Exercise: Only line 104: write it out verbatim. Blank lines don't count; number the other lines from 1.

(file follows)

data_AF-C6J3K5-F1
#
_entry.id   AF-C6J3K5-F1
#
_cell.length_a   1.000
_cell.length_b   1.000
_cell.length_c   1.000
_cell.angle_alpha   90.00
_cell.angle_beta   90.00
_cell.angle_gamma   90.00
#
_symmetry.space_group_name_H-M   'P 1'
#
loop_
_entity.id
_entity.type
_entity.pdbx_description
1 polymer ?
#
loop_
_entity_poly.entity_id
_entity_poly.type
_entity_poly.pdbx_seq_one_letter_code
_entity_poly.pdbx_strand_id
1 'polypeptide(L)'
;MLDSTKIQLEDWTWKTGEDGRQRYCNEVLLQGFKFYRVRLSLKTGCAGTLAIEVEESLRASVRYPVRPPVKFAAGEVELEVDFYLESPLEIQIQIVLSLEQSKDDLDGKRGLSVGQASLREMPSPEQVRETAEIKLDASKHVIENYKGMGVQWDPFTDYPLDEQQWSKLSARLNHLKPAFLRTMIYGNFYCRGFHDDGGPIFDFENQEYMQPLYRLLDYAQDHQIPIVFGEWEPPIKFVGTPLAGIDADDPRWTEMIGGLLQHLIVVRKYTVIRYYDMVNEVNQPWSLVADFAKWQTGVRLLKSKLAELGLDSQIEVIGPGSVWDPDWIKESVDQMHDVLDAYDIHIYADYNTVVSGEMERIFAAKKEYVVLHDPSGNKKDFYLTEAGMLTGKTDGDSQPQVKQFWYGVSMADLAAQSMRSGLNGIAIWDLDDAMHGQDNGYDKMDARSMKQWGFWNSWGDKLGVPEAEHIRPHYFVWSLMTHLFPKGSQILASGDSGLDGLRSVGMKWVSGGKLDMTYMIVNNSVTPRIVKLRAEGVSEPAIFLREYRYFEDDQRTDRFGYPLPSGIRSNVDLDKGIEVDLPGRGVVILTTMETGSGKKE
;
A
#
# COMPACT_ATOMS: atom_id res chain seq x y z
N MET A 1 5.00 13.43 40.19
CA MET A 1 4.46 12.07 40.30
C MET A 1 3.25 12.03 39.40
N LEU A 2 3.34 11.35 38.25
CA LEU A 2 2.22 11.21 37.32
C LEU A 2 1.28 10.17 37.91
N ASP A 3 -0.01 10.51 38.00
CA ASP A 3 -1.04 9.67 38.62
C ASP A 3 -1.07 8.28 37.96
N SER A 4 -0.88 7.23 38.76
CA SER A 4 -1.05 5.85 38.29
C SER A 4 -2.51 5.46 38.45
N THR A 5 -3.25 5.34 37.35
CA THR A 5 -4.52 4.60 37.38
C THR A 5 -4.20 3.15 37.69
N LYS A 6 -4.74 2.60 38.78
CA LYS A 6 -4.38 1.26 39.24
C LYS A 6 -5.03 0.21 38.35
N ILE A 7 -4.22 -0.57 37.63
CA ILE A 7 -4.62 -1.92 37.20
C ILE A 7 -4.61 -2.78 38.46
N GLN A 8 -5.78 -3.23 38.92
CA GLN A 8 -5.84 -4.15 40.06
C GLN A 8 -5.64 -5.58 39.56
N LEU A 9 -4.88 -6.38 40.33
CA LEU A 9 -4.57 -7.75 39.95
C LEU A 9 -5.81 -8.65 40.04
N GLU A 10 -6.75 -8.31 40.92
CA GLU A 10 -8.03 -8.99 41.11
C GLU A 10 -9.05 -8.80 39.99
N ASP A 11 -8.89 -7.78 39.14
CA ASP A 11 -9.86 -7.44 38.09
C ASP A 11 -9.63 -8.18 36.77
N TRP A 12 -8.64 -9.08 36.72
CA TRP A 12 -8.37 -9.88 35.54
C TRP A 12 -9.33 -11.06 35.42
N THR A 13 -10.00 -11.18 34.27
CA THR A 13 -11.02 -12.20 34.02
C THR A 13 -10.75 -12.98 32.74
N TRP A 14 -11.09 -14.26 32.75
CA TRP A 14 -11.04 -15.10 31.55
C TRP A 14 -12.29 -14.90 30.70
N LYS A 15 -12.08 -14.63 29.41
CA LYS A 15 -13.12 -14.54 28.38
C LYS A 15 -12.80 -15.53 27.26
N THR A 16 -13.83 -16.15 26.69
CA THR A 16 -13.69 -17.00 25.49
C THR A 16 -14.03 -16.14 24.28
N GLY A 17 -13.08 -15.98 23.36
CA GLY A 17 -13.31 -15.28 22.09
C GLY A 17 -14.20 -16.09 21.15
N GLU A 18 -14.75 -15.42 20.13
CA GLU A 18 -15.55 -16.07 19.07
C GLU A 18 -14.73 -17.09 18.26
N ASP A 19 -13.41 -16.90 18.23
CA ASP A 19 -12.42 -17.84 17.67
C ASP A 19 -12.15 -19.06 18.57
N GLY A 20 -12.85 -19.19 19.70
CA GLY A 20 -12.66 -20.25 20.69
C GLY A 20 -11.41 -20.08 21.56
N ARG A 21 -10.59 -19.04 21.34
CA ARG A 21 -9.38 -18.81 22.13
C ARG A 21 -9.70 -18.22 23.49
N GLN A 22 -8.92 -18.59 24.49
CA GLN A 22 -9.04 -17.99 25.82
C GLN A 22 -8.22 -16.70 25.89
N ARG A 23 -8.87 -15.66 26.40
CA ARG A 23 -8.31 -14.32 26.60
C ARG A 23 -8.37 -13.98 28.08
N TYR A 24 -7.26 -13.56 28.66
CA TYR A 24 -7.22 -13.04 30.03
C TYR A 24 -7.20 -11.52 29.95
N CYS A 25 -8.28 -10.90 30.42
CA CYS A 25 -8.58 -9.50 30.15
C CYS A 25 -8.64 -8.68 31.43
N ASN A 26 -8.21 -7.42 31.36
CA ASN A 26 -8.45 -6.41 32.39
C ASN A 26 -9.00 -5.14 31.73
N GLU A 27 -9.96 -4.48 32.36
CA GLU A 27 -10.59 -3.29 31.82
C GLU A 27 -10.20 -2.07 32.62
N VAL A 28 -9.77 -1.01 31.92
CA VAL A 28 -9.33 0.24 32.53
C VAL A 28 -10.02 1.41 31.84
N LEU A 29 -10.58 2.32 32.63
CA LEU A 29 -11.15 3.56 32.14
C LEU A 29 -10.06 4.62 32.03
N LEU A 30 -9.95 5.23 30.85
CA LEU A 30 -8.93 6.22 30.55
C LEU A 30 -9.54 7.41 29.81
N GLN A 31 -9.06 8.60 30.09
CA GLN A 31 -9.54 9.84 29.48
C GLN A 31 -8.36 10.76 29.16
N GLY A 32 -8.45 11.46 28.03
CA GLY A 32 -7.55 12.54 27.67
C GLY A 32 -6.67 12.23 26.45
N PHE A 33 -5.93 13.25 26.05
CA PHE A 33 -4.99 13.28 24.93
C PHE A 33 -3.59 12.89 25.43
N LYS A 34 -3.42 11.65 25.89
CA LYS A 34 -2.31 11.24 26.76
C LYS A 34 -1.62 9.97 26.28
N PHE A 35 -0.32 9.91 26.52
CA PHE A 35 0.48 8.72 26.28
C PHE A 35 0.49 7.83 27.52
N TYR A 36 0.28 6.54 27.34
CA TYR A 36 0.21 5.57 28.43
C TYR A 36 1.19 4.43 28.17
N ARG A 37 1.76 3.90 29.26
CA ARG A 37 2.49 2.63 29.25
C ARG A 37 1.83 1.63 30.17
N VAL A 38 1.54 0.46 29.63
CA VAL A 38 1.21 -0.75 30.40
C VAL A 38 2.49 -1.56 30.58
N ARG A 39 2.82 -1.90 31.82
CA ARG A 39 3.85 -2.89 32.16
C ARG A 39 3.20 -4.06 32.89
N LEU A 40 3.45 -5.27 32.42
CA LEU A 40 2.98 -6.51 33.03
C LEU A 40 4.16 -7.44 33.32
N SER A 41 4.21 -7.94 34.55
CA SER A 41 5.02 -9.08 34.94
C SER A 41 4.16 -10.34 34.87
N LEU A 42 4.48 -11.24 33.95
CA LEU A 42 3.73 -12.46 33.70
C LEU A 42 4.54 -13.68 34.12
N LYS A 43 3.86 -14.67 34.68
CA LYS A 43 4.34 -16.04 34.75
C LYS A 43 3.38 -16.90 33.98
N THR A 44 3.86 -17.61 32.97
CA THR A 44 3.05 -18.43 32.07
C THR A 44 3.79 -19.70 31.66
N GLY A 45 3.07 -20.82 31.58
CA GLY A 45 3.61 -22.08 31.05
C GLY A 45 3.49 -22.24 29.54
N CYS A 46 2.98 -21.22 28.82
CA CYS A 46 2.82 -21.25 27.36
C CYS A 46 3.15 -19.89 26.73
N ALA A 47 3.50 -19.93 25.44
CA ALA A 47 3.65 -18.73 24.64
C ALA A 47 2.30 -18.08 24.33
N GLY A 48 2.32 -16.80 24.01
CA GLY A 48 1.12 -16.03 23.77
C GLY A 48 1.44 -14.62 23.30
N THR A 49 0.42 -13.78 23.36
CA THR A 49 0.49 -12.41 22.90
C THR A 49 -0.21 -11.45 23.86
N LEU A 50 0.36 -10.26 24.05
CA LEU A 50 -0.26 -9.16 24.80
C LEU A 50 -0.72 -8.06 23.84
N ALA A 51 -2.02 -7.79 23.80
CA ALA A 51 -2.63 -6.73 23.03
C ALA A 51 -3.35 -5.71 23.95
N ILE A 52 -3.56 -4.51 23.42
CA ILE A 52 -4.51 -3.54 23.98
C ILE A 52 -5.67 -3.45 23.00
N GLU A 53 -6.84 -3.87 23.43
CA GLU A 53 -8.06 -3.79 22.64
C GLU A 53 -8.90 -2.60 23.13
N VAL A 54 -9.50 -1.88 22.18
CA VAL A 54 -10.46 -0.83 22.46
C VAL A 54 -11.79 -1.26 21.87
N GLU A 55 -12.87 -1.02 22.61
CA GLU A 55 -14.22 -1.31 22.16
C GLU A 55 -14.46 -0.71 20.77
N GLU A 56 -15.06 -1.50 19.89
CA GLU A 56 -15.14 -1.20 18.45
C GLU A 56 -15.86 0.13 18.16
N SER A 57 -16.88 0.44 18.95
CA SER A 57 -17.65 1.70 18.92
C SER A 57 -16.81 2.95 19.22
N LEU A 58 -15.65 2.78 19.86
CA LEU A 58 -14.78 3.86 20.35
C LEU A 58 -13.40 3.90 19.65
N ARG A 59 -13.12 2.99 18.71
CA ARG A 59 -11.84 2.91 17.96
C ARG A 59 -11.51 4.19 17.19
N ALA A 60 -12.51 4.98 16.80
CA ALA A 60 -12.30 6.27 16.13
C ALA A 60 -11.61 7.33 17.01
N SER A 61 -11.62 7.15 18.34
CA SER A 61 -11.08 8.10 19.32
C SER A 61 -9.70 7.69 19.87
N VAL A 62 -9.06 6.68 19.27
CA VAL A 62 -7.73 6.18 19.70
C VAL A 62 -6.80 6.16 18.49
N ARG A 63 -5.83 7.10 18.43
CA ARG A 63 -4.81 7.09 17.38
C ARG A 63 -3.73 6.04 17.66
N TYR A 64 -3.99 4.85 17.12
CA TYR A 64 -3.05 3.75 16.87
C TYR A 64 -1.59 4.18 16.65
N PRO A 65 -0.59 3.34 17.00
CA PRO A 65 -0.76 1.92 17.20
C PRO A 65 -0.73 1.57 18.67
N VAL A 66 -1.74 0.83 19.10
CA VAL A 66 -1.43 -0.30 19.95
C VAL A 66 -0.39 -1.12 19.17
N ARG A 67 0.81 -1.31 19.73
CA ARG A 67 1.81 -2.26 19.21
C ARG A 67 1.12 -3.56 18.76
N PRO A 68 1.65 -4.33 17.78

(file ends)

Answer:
CA CYS A 25 -8.58 -9.50 30.15